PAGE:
So what happens if Riot follows the congregation of shield animosity all the way to the Rift? The first thing we would expect to see is the removal of an entire summoner spell, Barrier, as well as the removal of some strategic items, such as Locket of the Iron Solari, Seraph’s Embrace, Sterak’s Gage, Face of the Mountain, and Bloodthirster. But an item that diminishes the effectiveness of shields won’t only cut out the diversity of defensive items, but also defensive masteries. Courage of the Colossus will take a huge hit, and every champion that benefits from the massive late game shields of this mastery will also drop in win rate substantially, or be forced to take a different mastery entirely. This would lead to a situation similar to the league of Thunderlord’s, or Grasp for each and every top laner.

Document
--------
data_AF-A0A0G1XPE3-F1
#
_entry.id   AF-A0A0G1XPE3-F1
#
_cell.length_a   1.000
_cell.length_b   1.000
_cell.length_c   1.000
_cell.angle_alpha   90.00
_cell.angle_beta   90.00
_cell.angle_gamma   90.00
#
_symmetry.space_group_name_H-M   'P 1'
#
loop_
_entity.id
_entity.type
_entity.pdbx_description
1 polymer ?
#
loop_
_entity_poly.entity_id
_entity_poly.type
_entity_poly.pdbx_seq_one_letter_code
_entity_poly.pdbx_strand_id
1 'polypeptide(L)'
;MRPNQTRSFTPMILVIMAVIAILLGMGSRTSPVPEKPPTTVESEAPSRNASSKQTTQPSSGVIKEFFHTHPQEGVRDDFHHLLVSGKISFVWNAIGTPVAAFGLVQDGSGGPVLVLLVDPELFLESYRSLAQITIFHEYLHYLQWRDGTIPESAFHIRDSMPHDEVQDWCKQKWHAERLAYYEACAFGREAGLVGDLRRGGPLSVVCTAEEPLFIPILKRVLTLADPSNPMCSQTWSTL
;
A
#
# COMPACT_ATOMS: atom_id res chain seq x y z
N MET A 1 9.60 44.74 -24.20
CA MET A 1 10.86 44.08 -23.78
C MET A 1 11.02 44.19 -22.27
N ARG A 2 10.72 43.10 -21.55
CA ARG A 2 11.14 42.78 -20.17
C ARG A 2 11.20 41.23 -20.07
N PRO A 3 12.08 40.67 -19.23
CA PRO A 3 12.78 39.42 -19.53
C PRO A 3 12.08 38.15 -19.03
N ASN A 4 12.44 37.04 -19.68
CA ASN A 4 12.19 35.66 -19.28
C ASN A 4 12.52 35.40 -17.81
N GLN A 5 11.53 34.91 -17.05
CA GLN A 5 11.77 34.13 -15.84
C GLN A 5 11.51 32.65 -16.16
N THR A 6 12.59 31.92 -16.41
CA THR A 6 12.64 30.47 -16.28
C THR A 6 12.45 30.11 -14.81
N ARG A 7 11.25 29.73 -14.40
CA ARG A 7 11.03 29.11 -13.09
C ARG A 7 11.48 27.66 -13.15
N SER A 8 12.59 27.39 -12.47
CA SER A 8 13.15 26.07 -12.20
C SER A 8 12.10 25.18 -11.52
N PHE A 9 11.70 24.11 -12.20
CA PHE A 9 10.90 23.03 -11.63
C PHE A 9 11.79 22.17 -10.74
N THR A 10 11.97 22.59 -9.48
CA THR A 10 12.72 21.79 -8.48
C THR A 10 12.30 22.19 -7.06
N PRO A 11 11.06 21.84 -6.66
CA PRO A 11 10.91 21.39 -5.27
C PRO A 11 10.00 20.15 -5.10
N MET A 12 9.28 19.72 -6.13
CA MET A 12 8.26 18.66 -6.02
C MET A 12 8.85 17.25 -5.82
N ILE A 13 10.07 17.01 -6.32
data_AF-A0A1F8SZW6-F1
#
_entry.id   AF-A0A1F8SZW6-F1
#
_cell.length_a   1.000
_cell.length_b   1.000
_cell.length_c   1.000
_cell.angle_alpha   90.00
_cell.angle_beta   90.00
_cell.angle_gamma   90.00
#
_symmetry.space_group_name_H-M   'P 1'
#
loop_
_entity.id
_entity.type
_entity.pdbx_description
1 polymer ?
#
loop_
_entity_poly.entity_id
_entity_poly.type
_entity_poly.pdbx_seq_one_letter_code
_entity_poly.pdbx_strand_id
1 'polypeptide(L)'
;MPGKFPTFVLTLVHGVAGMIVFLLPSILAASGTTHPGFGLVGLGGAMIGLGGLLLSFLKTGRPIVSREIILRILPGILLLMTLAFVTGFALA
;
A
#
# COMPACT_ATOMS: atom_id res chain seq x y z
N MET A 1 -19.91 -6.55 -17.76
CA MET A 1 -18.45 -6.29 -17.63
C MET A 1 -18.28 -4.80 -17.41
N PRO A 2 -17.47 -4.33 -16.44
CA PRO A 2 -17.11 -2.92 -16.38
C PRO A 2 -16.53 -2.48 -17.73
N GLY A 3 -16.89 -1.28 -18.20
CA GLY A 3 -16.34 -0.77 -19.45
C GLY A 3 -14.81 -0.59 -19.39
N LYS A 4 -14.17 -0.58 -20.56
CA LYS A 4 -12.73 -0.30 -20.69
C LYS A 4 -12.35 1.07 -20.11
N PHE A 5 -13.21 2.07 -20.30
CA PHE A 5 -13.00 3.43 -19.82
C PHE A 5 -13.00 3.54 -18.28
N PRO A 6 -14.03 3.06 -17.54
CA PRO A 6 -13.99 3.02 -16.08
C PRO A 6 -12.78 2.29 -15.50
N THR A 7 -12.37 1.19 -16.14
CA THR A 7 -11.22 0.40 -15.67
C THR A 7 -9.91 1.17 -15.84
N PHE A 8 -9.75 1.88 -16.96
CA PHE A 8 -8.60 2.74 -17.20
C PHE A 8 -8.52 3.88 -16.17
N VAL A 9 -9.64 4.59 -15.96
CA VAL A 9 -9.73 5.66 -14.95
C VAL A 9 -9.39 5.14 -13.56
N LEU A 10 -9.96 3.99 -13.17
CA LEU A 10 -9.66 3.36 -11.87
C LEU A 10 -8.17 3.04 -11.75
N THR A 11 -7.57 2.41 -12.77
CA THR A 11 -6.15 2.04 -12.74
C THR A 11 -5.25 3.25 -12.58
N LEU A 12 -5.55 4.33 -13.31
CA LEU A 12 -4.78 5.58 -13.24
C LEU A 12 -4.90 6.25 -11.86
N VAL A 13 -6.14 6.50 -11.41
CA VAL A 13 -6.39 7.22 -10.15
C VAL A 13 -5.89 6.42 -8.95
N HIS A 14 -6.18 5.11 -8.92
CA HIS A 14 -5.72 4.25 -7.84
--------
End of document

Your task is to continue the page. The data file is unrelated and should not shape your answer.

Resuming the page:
Already, the effective amount of items and masteries would be diminished from the inclusion of a grievous wounds item for shields, but the viable champion pool for many roles would also take a huge hit. Orianna, Camille, Nautilus, Shen, Skarner, Urgot, and most supports would be devastated by such an item. This item would hinder the Rift more than anything.

 

Why Shields Are Here to Stay

So what about nerfing shield duration? This is a common go-to for many, but what these individuals do not realize is that shields have a pretty short duration as is, aside from some variables, such as Lulu and Janna. Locket of the Iron Solari has only a 2.5 second duration, Karma shield only lasts four seconds, Rakan’s Battle Dance only lasts three seconds, and Sona’s shield only lasts 1.5 seconds. Sure each of these numbers can be nerfed, but that would be the nerf of an entire subclass of Support champions; but more than that, it would be an indirect nerf to marksmen.

The classic Mega’Maw team comp makes a return in the MSI Group Stages. Courtesy of Riot Games.